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Student Before Athlete: Why Your Sports-Minded Child Needs Academics

I love sports.  I love everything about them.  I love the competition, the spirit of immersing myself in a game, and the community of athletes, coaches, and spectators coming together in an exhilarating and exciting event.  My husband is the same way: He coaches all our kids’ sports, and not surprisingly, our kids have followed in our love of competition in activities too. 

You might be like us. If you are, then you also may be struggling, like we are, with the appropriate amount of emphasis to place on sports. I realized early in our parenting that we might be a bit much. I was reminded of this when my oldest child was in kindergarten, and I got a call from his teacher because he had gotten too riled up during a math flashcard game.  I witnessed that same enthusiasm at a school fundraiser when – during a minnow race – he cheered on his fish with a gusto that seemed, well, over the top for a fish race.

Those experiences did make me wonder if I was setting a good example of sportsmanship and competitiveness. After that phone call from school, my husband and I sat down together and questioned whether – during our family games of Throw Throw Burrito – we should tone it down a little.  But that idea seemed to take out all the fun.  

After all, positive passion and drive are good for us, right?  Passion gives us focus, it requires a work ethic, and it teaches us to push ourselves.  So how do we create a healthy balance of that energy?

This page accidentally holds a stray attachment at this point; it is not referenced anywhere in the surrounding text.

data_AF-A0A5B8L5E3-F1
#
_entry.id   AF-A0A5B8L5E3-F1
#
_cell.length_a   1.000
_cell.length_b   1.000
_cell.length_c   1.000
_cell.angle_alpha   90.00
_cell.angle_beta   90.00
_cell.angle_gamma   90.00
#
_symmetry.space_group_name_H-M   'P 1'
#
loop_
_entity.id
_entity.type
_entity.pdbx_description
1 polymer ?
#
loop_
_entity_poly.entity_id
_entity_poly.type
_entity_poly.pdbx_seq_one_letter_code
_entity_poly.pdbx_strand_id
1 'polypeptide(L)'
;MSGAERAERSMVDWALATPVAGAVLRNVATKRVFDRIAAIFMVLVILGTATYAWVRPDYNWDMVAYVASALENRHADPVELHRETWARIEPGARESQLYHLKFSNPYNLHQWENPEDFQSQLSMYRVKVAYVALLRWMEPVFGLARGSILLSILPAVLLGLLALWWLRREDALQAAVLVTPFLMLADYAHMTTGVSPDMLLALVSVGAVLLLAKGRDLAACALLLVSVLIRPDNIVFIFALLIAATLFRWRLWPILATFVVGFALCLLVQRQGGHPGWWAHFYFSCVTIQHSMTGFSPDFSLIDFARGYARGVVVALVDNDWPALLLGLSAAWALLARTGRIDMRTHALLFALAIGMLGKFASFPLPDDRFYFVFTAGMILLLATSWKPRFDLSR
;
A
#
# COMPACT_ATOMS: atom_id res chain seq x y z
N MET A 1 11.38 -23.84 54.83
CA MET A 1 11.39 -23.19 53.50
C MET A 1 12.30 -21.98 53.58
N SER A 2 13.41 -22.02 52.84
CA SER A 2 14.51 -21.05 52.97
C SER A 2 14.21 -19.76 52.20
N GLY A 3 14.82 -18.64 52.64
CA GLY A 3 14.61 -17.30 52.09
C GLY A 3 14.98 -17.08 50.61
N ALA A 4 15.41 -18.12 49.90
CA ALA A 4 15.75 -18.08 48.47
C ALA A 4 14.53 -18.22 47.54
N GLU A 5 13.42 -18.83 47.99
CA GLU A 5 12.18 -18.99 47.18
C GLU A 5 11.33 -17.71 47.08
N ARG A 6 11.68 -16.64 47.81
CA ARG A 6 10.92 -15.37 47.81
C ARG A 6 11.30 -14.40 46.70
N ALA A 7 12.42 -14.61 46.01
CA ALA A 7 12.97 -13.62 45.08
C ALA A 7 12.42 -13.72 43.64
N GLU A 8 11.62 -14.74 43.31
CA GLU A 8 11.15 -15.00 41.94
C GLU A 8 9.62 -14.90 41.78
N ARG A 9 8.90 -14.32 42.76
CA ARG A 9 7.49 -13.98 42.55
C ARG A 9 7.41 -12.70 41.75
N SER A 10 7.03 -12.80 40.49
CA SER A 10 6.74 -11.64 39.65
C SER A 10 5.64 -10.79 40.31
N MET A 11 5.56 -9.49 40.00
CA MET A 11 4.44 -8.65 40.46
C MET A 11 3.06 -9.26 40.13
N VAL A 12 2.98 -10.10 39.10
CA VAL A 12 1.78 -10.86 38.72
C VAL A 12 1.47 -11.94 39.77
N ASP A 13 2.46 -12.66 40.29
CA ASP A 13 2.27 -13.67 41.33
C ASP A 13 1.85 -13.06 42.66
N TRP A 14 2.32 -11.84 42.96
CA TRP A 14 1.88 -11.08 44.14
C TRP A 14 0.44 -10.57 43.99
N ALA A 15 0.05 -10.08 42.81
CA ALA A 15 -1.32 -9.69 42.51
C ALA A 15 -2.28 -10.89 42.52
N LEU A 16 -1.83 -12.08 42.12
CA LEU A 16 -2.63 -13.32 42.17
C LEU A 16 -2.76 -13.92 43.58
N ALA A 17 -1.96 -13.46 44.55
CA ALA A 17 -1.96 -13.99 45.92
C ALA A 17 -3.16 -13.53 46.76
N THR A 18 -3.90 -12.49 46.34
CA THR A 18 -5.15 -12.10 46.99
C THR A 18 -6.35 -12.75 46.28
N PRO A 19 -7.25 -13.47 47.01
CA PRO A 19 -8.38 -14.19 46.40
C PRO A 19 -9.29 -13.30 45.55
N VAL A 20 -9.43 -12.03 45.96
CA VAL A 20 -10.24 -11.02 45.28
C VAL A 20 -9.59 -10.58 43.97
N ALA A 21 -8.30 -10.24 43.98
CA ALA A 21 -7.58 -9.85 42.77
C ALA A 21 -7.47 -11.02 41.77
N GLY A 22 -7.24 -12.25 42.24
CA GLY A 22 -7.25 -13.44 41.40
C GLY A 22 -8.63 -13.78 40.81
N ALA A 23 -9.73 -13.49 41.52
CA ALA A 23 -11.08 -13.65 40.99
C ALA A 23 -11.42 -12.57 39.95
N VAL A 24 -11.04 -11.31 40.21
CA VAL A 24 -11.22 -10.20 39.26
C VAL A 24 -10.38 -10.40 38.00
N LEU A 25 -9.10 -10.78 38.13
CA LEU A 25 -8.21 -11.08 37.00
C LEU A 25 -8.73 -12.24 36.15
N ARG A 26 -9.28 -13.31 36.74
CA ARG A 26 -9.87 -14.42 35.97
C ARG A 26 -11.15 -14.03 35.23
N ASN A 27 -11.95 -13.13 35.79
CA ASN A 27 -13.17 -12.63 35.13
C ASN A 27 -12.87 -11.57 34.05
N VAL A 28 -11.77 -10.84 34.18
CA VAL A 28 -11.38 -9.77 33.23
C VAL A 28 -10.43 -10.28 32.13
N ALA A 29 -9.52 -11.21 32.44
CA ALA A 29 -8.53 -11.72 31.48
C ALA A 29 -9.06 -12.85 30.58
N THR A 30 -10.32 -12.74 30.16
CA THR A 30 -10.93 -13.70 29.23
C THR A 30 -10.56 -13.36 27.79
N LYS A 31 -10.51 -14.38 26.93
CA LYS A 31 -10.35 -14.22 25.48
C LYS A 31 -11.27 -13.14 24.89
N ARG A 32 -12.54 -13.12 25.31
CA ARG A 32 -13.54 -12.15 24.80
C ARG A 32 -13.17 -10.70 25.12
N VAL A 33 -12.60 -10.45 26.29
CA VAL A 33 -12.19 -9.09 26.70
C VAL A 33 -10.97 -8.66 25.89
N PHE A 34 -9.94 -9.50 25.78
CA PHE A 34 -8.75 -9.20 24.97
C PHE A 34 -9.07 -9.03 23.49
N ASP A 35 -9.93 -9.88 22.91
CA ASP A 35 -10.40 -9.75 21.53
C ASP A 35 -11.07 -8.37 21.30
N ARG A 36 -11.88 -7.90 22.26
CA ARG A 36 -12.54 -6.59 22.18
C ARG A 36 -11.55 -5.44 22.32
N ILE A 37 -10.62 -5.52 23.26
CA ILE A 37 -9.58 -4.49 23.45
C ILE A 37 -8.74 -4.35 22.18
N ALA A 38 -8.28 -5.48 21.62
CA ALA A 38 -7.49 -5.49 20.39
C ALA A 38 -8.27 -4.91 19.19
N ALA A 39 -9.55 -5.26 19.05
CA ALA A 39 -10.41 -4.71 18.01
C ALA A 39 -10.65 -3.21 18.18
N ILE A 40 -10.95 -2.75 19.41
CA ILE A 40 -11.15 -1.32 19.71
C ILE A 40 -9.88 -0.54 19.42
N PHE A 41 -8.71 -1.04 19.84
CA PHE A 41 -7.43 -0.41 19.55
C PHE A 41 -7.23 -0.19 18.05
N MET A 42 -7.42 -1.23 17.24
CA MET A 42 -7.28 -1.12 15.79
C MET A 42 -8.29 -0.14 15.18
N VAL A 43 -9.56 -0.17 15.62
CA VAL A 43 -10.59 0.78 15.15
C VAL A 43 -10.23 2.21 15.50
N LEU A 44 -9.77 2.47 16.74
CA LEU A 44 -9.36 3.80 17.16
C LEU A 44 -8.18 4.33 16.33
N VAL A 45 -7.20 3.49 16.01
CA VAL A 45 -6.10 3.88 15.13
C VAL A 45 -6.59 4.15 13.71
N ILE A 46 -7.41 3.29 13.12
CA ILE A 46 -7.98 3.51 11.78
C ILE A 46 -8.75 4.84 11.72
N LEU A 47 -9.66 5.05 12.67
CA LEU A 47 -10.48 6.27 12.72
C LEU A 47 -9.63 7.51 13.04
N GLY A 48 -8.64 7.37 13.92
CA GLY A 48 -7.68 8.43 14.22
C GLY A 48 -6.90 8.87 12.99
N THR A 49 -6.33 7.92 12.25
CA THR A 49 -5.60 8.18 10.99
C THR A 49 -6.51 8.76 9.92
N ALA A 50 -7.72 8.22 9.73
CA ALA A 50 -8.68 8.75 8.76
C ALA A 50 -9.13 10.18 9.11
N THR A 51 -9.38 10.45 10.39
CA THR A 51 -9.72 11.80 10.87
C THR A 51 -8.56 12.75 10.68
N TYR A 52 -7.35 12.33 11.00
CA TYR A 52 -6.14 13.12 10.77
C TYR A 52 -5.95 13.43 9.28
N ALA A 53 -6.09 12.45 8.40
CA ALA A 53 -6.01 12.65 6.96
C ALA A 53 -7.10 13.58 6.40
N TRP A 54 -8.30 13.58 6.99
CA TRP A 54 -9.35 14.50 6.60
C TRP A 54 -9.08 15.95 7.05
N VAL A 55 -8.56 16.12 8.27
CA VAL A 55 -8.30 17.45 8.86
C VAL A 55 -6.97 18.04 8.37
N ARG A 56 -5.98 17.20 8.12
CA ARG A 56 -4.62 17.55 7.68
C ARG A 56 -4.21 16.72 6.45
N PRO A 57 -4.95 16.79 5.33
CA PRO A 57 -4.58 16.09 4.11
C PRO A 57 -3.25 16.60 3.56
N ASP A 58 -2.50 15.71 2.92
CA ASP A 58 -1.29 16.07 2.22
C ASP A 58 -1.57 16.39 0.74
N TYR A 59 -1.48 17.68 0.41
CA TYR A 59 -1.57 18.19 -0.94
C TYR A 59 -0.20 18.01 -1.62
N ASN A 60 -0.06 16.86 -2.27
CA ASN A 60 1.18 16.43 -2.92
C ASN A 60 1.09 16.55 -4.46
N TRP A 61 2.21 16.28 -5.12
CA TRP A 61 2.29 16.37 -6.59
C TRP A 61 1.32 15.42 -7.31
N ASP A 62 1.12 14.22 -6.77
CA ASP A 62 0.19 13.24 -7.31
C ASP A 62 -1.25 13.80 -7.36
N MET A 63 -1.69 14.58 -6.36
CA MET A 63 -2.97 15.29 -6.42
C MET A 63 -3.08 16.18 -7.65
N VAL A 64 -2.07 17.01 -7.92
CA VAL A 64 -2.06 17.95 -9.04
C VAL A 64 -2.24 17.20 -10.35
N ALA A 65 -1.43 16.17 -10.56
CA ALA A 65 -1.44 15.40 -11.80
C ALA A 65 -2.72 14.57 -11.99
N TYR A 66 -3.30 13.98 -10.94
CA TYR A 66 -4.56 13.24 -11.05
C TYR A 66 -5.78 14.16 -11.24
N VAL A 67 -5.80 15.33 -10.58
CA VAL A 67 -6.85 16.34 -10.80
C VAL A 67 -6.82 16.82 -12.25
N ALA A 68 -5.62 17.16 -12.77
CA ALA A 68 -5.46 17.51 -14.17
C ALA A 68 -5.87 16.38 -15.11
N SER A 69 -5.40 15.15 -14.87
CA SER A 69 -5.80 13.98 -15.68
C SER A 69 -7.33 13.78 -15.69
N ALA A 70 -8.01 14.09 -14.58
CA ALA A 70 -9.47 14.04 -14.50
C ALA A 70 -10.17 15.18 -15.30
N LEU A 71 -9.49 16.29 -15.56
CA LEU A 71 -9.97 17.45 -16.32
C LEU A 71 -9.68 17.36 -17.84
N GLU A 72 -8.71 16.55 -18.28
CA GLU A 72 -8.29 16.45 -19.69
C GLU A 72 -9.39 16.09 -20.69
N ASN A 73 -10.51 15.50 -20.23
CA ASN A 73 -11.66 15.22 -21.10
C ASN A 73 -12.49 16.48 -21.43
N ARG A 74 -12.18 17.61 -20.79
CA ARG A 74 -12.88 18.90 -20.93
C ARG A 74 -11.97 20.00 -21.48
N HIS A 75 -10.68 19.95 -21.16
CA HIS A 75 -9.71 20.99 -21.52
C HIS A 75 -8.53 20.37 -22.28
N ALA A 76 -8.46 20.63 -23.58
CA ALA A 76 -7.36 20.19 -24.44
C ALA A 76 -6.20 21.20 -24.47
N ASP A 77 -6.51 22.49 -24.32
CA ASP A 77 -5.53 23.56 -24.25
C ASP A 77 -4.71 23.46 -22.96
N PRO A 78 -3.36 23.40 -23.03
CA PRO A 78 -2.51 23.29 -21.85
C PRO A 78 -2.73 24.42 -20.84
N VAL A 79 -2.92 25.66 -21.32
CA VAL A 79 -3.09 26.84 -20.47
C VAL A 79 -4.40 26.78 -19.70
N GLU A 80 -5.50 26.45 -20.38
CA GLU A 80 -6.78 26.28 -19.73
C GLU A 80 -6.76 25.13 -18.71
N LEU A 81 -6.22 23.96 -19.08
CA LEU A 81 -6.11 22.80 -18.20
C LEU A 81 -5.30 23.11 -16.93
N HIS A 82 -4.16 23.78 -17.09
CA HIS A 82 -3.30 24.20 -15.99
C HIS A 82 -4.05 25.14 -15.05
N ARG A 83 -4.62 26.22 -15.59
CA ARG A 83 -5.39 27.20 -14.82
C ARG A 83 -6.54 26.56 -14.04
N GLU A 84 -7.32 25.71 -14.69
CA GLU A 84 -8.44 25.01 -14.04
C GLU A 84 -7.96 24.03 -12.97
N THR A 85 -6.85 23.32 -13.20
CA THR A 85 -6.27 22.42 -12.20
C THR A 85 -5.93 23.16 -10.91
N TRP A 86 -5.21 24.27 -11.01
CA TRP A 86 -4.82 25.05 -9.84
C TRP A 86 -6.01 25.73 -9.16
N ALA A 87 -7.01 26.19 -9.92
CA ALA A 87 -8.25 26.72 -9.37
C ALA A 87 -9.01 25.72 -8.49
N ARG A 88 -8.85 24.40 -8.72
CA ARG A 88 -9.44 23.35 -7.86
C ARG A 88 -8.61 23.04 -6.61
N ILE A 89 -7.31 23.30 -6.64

As a high school teacher, I find that many young student-athletes struggle with one balance in particular: sports and academics.  I often remind these athletes to approach academics with the same rigor they do in their activities.  Some do, of course, but for many, balancing the expectations of both is difficult.  Having a son committed to continuing his athletics after high school, I understand the challenge a parent has in convincing a child that being a student comes before being an athlete.  And I’ve learned a few things that can help instill this perspective.

Many high school students don’t realize that grades equate to money.  If your child plans on continuing a sport in college, many universities offer academic scholarships that can significantly decrease her tuition.  Schools frequently determine this monetary award by GPA – and even a few points in a GPA can make a $5,000 or more significant difference.  Considering school as a financial opportunity is a tangible way for your child to understand its long-term importance.

In addition, near the end of high school, your child may apply for outside scholarships.  These scholarship applications seek many experiences outside of athletic honors: GPA, academic awards, volunteerism, work experience, etc.  Knowing that a scholarship committee seeks a whole-person candidate is an excellent reason to work on classwork.  Your child is essentially building a resume for these applications, and sports are just one category on that resume.